Sudan restates claim to disputed territory with Egypt

Egypt's President Abdel Fattah al-Sisi (L) talks to Sudan's President Omar al-Bashir at Khartoum International Airport in Khartoum, June 27, 2014 - photo by REUTERS/Mohamed Nureldin Abdallah
Egypt’s President Abdel Fattah al-Sisi (L) talks to Sudan’s President Omar al-Bashir at Khartoum International Airport in Khartoum, June 27, 2014 – photo by REUTERS/Mohamed Nureldin Abdallah

Sudan recently announced it was including the disputed Halayeb area as an electoral district for its elections in 2015, proving a setback to Egypt-Sudan relations that were gradually improving after Abdel Fattah al-Sisi’s election as president.

Author Walaa Hussein

October 12, 2014

Translator(s)Cynthia Milan

 CAIRO — Egyptian-Sudanese relations are currently witnessing a silent confusion after Khartoum approved an earlier decision to declare the disputed area of Halayeb and Shalateen, on the borders of the two countries, an electoral district for both the parliamentary and presidential elections at the beginning of 2015.

Cairo is also preparing to conduct parliamentary elections with the participation of the same electoral district at the end of this year, and considers this area to be an integral part of Egyptian territory, according to the Egyptian Foreign Ministry.

 This creates further complications, especially with the increasing demands from political parties in Egypt that Egyptian President Abdul Fattah al-Sisi act quickly to resolve the matter before the Sudanese elections, believing that Sudan has violated international law with its decision, which they described as anti-Egyptian.

 In accordance with international law, a single area cannot be adopted as an electoral district by two countries. International law professor Ahmed Rifaat told Al-Monitor, “There are three types of borders that separate countries, according to international norms: the administrative, customs and political borders. The most important of these is the political border since it is linked to the idea of a state’s sovereignty within its territory.” Rifaat considered Sudan’s decision to include Halayeb within a Sudanese electoral district as a violation of international law, since Sudan does not have the right to supervise elections within Egyptian borders.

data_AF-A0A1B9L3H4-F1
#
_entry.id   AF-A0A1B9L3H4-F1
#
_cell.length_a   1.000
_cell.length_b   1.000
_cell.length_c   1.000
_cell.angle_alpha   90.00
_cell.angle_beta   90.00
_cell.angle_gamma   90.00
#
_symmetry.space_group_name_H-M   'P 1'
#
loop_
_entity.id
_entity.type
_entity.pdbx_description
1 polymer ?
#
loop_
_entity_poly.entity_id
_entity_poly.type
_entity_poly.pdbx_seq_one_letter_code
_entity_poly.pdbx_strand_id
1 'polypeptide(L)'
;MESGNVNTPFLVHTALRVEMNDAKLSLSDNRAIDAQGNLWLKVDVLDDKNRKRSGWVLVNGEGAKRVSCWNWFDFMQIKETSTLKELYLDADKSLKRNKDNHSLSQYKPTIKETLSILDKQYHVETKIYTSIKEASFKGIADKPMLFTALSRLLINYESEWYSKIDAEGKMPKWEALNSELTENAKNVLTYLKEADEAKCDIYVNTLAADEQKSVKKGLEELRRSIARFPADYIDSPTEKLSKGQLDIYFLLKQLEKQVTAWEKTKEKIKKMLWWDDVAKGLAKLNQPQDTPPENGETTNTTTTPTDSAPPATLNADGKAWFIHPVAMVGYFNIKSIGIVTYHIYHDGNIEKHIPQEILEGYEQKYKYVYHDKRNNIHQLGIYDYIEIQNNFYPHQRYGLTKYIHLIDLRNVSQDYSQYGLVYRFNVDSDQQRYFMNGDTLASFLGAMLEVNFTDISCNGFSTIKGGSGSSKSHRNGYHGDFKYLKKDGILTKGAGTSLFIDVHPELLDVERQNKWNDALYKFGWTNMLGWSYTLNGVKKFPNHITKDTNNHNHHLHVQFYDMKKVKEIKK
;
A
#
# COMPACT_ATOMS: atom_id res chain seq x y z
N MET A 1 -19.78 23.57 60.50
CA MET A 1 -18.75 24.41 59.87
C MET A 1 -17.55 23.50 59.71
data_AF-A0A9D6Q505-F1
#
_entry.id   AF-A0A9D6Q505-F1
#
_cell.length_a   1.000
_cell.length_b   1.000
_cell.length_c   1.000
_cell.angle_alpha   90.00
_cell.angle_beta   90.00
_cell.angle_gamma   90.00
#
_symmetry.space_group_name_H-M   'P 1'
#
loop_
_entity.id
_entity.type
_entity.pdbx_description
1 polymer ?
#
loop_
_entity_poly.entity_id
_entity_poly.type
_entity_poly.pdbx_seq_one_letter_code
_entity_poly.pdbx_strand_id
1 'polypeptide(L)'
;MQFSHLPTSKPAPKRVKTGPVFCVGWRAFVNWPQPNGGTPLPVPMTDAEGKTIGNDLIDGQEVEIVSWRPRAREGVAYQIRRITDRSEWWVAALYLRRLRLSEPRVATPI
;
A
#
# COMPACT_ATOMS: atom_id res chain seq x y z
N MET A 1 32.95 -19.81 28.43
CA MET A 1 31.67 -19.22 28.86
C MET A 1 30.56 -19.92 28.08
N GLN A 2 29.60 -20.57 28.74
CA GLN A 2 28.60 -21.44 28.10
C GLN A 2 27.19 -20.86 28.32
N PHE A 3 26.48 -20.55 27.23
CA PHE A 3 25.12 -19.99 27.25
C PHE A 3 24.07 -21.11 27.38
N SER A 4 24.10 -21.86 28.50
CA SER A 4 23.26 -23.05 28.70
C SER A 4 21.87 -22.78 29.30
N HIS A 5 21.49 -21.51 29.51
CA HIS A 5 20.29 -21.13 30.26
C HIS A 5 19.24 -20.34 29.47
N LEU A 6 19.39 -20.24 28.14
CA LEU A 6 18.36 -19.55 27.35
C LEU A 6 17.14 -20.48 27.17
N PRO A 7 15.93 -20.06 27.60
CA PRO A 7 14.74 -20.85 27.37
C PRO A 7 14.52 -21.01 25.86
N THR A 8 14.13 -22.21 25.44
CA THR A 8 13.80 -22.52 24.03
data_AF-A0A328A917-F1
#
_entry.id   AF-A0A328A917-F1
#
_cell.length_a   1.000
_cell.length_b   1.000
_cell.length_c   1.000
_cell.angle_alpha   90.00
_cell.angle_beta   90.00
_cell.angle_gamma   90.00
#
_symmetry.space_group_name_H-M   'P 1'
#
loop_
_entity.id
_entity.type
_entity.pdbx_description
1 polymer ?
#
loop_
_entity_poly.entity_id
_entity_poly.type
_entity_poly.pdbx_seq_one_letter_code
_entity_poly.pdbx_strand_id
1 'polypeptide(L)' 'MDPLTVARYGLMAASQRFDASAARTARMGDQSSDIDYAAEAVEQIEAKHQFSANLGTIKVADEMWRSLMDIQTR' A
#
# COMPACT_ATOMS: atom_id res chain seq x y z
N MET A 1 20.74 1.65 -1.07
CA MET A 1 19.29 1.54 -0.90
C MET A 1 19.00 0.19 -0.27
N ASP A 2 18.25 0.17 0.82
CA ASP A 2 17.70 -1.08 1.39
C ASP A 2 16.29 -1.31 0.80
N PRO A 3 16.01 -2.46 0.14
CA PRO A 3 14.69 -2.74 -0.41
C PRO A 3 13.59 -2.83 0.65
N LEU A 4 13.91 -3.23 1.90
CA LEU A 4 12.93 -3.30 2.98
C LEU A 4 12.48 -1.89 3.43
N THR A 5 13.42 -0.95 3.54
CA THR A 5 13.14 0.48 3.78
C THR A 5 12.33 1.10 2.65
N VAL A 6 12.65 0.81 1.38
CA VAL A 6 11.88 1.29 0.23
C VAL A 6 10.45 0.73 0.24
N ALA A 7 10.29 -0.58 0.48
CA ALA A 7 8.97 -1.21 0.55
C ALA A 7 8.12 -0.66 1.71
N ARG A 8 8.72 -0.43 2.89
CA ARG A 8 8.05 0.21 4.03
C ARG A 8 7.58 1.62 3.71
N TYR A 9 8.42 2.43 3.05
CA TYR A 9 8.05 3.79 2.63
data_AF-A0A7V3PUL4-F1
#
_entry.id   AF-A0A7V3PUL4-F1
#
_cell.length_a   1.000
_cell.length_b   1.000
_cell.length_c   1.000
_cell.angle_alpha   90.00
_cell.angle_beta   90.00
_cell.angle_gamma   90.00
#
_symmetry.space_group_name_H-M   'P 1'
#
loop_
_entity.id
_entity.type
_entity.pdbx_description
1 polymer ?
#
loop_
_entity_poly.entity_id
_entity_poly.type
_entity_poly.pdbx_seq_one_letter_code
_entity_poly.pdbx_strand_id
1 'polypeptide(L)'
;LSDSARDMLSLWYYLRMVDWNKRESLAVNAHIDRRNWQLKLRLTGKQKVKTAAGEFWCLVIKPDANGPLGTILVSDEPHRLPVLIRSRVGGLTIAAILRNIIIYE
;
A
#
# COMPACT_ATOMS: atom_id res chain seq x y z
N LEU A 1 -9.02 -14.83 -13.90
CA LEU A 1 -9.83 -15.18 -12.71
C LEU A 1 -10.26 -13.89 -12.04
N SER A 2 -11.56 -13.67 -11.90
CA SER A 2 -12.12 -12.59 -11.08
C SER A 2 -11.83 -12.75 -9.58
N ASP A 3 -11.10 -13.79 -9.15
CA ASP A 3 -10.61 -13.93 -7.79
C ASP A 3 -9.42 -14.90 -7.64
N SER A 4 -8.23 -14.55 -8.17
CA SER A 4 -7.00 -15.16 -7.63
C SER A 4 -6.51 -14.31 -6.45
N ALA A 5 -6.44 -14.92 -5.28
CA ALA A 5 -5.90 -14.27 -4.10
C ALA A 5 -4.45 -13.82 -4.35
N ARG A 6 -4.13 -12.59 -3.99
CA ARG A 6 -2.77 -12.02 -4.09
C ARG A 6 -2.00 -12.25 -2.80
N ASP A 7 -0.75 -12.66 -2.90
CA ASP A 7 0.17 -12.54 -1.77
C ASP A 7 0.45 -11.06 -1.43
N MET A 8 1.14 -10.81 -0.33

He also explained that Egyptian sovereignty over the area of Halayeb is defined by lines of demarcation in accordance with international agreements, while an administrative understanding between the two countries was issued in 1902 to authorize Sudan to administer the affairs of Sudanese tribes displaced to those lands. Rifaat added, “Egypt canceled this agreement, and there are no longer Sudanese tribes in Halayeb and Shalateen.”

 Egyptian political analyst and columnist Attia Issawi told Al-Monitor that there are three possible solutions to the matter.

 The first option is to conduct a referendum in the region on whether residents wish to remain with Egypt or join Sudan; this worries the Sudanese, who fear a majority will vote in favor of Egypt.

 The second option is to refer the case to international arbitration, an option feared by both parties. They are both convinced of certain procedures they see as legally binding. The Egyptians cling to the convention of 1899, which stated that the border line is at 22 degrees north, meaning the land is part of Egyptian territory. Sudan bases its argument on the administrative resolution issued in 1902, which gave the authority to the British occupation and the Egyptian-Sudanese leadership that ruled Khartoum, and for them to be responsible for the area, since it is closer geographically to Khartoum. While this decision was taken by Egypt at the time, it was an administrative resolution, not an international agreement like the 1899 border demarcation Egypt uses as its basis for its claim to the area.